While the vast majority of reports have noted the lack of scientific evidence linking coffee to cancer, that kind of widespread publicity naturally creates more questions than answers. Such is the nature of the 24-hour news cycle, in which many people can’t afford the time to read beyond the headlines.
So as the two big Cs of coffee and cancer have shared the public stage, a third big C has swept over the audience: confusion.
There is no evidence that coffee causes cancer.
Recently, there’s been a flurry of media activity around a long-pending legal case in California, which could potentially result in mandatory “cancer warning” labels on all coffee cups and packaging. The headlines have been confusing, and sometimes even alarming.
By Joe DeRupo, NCA Director of External Relations & Communications
2016 was a year of uncertainty for the coffee industry, including new threats to basic business norms and protocols.
Here’s an overview of the key issues we faced over the past 12 months, some of the new benefits we’ve made available to members, and what you can expect in the year ahead.
By Joseph DeRupo, Director of External Relations, NCA
The following is an excerpt from a recent NCA Member Alert. (Want to receive the latest industry updates directly? Learn more about NCA membership.)
After a deeply divisive campaign, a new administration is poised to assume power in Washington, having been elected on a platform which has expressed skepticism toward big government and regulatory intervention.
The transfer of power has only just begun, cabinet and agency appointments are a still in progress, and budget negotiations are far off – including the implications of funding cutbacks or additions.
In the meantime, we’re preparing for the changes that may be ahead. Earlier this year, the NCA released the first-ever Economic Impact Study to measure the U.S. coffee economy, and the NCA’s 2017 plan already includes outreach in Washington to raise awareness of the industry’s importance. That outreach will now take on even greater significance as the coming months unfold.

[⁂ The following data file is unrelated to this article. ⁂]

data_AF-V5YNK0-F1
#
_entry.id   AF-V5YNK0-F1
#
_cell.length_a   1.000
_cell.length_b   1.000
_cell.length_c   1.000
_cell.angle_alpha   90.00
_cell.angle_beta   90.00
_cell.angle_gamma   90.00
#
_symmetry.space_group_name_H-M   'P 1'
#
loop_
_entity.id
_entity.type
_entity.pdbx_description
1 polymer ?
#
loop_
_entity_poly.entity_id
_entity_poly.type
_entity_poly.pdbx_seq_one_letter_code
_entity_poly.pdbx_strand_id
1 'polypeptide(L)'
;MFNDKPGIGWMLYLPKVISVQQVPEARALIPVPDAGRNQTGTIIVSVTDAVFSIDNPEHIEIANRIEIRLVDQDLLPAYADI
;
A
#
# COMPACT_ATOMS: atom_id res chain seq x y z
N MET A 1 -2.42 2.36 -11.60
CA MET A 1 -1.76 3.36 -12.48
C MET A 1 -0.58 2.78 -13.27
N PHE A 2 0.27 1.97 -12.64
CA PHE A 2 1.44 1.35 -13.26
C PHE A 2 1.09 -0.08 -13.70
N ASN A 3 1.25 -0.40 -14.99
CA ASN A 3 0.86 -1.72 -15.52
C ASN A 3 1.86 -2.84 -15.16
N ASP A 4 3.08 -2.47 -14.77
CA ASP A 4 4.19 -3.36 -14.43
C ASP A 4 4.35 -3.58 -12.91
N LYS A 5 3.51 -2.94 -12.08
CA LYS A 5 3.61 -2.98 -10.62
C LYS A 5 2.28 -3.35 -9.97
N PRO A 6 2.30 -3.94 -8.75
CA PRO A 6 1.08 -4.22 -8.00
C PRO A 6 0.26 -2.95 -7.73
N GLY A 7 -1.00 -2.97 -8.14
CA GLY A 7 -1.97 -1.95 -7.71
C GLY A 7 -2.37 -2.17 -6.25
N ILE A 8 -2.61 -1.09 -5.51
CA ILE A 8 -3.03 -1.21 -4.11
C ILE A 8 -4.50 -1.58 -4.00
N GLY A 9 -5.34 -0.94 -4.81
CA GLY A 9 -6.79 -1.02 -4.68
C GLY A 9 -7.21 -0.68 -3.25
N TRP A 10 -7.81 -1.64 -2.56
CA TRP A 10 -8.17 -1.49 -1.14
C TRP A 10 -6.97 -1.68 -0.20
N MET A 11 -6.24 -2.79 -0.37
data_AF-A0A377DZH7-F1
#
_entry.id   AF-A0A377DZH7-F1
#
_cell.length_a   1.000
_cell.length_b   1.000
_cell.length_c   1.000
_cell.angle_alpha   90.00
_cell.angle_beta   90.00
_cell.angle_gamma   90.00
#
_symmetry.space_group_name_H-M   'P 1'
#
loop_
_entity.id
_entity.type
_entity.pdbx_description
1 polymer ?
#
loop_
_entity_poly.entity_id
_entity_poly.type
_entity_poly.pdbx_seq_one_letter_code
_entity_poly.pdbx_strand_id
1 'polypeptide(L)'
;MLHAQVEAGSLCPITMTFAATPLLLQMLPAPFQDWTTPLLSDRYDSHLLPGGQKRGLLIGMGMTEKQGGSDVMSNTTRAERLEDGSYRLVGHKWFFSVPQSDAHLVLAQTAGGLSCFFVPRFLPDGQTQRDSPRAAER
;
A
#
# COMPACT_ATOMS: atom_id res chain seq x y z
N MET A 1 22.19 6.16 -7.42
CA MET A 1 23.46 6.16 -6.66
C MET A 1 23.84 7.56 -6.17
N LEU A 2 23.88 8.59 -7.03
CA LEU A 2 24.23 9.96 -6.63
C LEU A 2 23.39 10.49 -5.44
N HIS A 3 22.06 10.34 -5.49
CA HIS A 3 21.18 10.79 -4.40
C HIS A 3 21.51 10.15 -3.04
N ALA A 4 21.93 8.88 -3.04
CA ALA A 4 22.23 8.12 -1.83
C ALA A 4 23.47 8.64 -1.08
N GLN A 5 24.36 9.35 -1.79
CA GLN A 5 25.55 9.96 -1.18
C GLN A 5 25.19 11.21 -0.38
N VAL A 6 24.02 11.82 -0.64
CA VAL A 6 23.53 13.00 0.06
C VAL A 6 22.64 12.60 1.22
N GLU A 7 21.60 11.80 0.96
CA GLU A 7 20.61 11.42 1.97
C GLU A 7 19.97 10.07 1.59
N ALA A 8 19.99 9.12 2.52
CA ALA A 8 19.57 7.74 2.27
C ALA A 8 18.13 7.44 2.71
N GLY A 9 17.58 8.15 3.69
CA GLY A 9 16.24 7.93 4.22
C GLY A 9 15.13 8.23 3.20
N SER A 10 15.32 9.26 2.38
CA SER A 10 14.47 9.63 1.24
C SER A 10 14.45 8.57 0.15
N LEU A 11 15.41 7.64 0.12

The NCA will not speculate as to what these changes in Washington may mean for coffee. But it’s never too soon to begin planning, and here are some key issues on the industry’s docket:
By Bill Murray, President, NCA
It’s been an exciting year here at the National Coffee Association – and for the entire industry.
In the spirit of September’s new beginnings, I’d like to share a quick recap of the coffee industry issues we’ve been working on at the NCA:
As science advances, so does the complexity of the world it unleashes. Take the coffee business, for example. Single-serve technologies, cold-brew techniques, and nitrogen infusion, among others, have changed the way coffee is packaged, brewed, and served.
Each change offers advantages, but also new challenges. Continue reading
By Drew Moody
This post originally appeared on Mental Floss
Buying coffee can be tricky. Each bag of beans features lots of information, and it can be difficult to sort through it all to figure out what will end up in your cup.
Here’s what a few of the most common phrases and symbols tell you. Continue reading